In 2011, Hypertherm hired a dedicated Wellness Program manager, Patti Friedman. Together with the HAWC, Patti helps to coordinate other wellness programs, such as sports leagues, fitness classes, healthy food options in the cafeteria, tobacco cessation programs, and regular screenings for blood sugar, blood pressure, cholesterol, and the like. The company measures the impact of all of these programs by keeping track of each worker’s “vitality age,” a number that’s arrived at via the health screenings and surveys. Over the last three to four years, the average vitality age at Hypertherm has dropped by several years. Close to 50 workers have stopped using tobacco. Workers Compensation claims have dropped and more than 100 participants in a weight loss program lost a collective 1,932 pounds.
Kiser, who is responsible for OSHA compliance and worker safety as well as environmental compliance, takes advantage of the wellness offerings, participating in a golf league, ski team, and Hypertherm’s community garden. His wife, Jennifer, is a physical therapist, so wellness is a family affair. The couple’s son, James Michael, was born in September. Hypertherm’s wellness initiative makes sense not just for employees but for the company as well, Kiser notes. Before embarking on it, the management team took a long look at the value of the investment in terms of employee retention, reduction in absenteeism, and productivity. “The decision was that, yes, not only is it the right thing to do for our people, but it’s also the right thing to do for the company,” he says.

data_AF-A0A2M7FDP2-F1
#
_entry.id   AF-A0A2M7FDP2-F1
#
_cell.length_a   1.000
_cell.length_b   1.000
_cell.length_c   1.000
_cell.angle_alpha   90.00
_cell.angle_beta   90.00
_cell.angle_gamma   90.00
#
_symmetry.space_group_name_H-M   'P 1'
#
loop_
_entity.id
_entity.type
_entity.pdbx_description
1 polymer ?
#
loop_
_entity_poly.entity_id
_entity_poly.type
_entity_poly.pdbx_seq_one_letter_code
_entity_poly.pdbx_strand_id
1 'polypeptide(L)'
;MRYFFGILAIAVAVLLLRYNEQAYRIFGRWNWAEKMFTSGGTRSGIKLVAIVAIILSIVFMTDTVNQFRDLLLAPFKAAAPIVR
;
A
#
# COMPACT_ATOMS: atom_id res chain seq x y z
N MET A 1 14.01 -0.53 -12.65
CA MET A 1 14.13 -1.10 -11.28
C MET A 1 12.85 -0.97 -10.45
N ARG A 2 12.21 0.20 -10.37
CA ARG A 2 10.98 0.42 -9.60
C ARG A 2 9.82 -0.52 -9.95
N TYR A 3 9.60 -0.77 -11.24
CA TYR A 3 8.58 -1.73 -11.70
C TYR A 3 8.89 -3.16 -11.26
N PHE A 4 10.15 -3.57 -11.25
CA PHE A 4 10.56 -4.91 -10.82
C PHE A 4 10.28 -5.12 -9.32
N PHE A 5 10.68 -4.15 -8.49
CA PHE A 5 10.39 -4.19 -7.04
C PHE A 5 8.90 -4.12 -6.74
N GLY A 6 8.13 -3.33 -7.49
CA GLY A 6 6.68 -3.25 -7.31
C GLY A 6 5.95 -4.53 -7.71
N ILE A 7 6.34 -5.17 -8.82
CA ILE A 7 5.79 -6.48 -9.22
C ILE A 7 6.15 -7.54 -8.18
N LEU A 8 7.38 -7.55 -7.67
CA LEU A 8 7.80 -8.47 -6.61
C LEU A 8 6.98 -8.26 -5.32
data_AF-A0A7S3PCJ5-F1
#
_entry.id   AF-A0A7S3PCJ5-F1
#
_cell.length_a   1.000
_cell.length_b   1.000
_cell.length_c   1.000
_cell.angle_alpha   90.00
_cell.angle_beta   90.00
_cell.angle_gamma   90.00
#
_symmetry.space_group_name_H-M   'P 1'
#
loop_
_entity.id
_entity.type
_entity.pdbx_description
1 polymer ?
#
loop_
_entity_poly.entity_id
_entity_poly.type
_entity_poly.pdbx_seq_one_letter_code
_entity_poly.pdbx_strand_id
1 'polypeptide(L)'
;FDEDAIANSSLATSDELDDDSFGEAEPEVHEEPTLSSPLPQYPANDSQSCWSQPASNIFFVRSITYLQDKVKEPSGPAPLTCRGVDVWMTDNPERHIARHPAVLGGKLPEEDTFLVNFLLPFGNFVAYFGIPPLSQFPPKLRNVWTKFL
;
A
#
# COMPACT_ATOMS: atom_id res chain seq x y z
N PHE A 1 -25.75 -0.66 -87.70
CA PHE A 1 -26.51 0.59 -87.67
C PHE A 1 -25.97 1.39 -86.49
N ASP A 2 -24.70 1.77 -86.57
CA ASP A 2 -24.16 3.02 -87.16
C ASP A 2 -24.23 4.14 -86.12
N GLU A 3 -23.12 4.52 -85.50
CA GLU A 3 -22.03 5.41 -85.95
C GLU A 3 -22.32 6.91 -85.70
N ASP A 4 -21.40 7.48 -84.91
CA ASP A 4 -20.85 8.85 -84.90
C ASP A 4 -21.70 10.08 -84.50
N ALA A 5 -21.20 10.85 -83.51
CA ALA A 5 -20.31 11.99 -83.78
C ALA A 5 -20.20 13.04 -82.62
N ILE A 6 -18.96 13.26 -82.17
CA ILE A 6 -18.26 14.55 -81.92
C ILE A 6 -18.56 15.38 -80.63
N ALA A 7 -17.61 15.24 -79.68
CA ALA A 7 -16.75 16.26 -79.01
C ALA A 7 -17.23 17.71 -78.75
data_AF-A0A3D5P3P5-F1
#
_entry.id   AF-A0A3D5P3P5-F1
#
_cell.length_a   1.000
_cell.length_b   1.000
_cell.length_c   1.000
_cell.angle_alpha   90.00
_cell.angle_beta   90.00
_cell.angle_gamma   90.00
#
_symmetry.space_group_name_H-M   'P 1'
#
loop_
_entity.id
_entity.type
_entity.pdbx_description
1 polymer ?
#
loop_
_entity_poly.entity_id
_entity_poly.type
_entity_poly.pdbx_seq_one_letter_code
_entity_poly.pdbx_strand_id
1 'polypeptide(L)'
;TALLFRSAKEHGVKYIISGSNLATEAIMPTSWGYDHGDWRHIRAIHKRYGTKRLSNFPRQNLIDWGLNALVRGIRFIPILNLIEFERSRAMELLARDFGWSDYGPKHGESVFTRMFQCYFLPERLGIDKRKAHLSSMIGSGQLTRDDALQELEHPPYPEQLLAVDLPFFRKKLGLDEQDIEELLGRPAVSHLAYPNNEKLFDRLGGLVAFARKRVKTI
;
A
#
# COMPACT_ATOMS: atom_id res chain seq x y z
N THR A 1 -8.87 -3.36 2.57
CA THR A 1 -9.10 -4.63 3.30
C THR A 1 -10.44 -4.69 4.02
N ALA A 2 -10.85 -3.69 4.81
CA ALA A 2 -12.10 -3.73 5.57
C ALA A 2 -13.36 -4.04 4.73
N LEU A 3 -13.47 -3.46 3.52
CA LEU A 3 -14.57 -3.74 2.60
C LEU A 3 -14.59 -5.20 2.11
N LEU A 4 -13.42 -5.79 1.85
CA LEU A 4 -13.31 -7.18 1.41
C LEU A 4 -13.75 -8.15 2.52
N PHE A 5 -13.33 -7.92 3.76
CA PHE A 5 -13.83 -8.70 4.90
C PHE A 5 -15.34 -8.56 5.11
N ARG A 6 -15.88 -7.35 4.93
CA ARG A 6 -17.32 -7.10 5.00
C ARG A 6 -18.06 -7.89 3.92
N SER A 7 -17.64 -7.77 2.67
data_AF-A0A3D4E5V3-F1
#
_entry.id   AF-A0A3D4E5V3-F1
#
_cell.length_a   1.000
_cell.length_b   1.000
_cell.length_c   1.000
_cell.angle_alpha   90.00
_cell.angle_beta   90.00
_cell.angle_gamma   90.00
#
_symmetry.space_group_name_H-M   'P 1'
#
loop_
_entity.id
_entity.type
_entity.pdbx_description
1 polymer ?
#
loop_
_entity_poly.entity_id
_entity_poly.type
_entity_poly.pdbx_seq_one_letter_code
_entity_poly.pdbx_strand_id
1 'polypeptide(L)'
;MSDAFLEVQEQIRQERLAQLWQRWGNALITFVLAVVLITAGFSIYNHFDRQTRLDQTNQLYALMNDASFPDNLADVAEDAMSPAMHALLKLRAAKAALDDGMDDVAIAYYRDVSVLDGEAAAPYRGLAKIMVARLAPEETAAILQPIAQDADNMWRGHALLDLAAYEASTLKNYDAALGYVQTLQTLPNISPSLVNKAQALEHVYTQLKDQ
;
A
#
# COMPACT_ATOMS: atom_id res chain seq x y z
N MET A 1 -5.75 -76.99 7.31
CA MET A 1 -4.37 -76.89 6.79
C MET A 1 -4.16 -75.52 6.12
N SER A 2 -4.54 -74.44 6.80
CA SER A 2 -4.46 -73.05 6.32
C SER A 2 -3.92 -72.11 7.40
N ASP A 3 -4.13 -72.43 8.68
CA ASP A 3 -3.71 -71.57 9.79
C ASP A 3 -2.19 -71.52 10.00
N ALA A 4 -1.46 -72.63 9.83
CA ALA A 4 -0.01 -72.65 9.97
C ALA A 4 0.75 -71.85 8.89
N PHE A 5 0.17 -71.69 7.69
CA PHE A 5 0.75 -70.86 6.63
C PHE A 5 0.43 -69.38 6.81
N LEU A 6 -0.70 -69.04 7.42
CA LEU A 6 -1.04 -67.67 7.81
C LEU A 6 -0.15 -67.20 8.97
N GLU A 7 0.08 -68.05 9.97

Contact Safety & Occupational Health Sciences